S.O.S. Save Our Sharks

In 1975, the blockbuster thriller Jaws was released, capitalizing on America’s fear of sharks, and leading to a significant decline in beach attendance.   But which animal poses more of a risk to the other? Human or shark?   The data proves it’s not even close.   While fewer than 20 people are killed each year by sharks, fishing activity kills between 20 and 100 million sharks annually.

In an effort to protect the sharks, the California Legislature introduced a bill banning the sale and possession of shark fins. The bill seeks to curb the brutal practice of finning sharks.  Typically, the fin is chopped off a live shark, which, rendered unable to swim, dies slowly as it sinks to the bottom of the ocean.  Despite the noble intentions of the bill, it has been met with animosity by many of California’s Chinese Americans who have long been serving shark’s fin soup and do not want an ancient culinary tradition essentially wiped out by this bill.

Respect for an ethnic group’s heritage is important but it shouldn’t trump the protection of endangered wildlife.  As the shark population dwindles, not only are shark species facing extinction, the entire marine ecosystem is at risk.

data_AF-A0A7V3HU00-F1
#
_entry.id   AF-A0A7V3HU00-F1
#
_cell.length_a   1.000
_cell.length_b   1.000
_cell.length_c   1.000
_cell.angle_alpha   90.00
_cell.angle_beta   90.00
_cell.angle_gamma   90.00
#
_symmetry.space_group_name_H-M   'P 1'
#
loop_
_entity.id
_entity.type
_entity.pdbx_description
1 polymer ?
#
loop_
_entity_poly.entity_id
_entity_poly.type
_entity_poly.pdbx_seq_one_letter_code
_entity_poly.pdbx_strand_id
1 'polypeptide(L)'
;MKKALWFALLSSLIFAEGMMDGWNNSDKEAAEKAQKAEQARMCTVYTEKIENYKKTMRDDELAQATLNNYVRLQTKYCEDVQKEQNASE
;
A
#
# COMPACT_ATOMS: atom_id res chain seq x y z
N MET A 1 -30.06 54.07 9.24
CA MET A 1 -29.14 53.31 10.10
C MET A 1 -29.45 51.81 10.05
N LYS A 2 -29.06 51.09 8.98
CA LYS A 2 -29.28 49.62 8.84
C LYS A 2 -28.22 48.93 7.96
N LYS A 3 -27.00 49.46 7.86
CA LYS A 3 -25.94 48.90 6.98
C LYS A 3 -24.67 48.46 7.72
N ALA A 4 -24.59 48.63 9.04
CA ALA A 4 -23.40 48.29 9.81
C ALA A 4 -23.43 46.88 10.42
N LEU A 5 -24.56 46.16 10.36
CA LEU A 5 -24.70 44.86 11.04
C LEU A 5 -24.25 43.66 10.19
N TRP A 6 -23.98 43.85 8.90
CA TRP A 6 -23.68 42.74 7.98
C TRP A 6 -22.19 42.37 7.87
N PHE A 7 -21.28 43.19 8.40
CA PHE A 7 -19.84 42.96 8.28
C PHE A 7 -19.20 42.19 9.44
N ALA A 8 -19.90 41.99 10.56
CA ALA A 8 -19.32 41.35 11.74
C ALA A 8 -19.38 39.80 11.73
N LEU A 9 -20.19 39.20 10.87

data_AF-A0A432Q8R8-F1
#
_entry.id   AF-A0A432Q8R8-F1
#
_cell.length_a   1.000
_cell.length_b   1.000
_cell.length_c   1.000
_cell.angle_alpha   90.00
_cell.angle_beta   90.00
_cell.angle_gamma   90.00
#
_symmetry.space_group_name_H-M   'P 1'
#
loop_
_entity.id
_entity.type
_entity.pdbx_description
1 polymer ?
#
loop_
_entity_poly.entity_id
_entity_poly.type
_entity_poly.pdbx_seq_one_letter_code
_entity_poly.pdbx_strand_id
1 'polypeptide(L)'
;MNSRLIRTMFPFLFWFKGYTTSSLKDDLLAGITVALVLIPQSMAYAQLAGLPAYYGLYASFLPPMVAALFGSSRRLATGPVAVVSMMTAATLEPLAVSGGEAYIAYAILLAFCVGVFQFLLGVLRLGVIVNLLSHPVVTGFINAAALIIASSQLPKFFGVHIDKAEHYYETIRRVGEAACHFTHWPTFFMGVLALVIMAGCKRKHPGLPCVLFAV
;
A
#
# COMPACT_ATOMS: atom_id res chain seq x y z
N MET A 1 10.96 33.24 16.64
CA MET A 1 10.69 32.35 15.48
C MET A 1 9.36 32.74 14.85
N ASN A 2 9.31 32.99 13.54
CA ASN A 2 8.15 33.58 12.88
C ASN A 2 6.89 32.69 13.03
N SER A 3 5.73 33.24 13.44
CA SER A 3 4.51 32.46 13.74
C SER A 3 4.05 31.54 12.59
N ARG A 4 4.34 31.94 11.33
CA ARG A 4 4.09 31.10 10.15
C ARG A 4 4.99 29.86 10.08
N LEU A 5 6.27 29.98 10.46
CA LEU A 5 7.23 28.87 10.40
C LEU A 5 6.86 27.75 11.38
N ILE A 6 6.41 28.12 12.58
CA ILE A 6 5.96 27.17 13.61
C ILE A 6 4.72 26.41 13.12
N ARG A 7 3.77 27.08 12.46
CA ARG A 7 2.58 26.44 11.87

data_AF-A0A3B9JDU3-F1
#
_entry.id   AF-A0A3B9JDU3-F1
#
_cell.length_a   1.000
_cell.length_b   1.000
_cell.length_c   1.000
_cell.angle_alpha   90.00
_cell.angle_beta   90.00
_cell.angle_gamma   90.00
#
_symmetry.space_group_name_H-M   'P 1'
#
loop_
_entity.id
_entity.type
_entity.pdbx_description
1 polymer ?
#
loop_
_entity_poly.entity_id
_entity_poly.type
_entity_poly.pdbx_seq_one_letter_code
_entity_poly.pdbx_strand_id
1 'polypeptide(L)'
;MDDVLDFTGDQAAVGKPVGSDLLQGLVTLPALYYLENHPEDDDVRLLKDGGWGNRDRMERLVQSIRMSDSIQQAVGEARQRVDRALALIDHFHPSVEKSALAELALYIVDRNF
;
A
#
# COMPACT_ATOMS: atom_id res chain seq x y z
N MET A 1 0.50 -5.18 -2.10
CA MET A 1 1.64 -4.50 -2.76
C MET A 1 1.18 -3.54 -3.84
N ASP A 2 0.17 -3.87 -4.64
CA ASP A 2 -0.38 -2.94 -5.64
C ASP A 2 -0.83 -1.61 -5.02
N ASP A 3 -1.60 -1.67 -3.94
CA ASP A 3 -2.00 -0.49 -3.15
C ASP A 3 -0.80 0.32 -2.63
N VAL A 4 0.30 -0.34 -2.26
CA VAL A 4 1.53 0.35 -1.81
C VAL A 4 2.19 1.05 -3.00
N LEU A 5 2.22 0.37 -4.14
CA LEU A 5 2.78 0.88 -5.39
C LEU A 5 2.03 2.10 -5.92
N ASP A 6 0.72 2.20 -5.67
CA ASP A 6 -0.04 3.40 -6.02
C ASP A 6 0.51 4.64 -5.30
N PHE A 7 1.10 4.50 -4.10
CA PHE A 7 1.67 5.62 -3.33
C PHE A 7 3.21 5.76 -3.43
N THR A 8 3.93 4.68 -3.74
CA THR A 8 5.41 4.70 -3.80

In certain cases, when tradition and animal rights conflict, tradition has the winning argument.  In Europe and Latin America, bullfighting persists, over objections from animal rights advocates.  In the United States, the Supreme Court upheld the right of practicioners of Santeria to sacrifice animals as part of religious rituals.  In the case of the shark fin however, there is no First Amendment protection for the Chinese American community to claim, and the danger to the shark population is so great that even individuals raised on shark’s fin soup have come out in favor of the ban.

The tradition of shark’s fin soup doesn’t have to come to an end.  It simply needs to adapt to an environmentally-conscious world.   The vegetarian version of the soup may not taste exactly like the classic recipe, but it can preserve most elements of the soup while protecting the animal the tradition arose from.  The bill may seem like an attack on California’s Chinese American community but it is really a necessary act to save an animal so tied to their culture.  If the shark is to survive for future generations, this bill is a huge step in that direction

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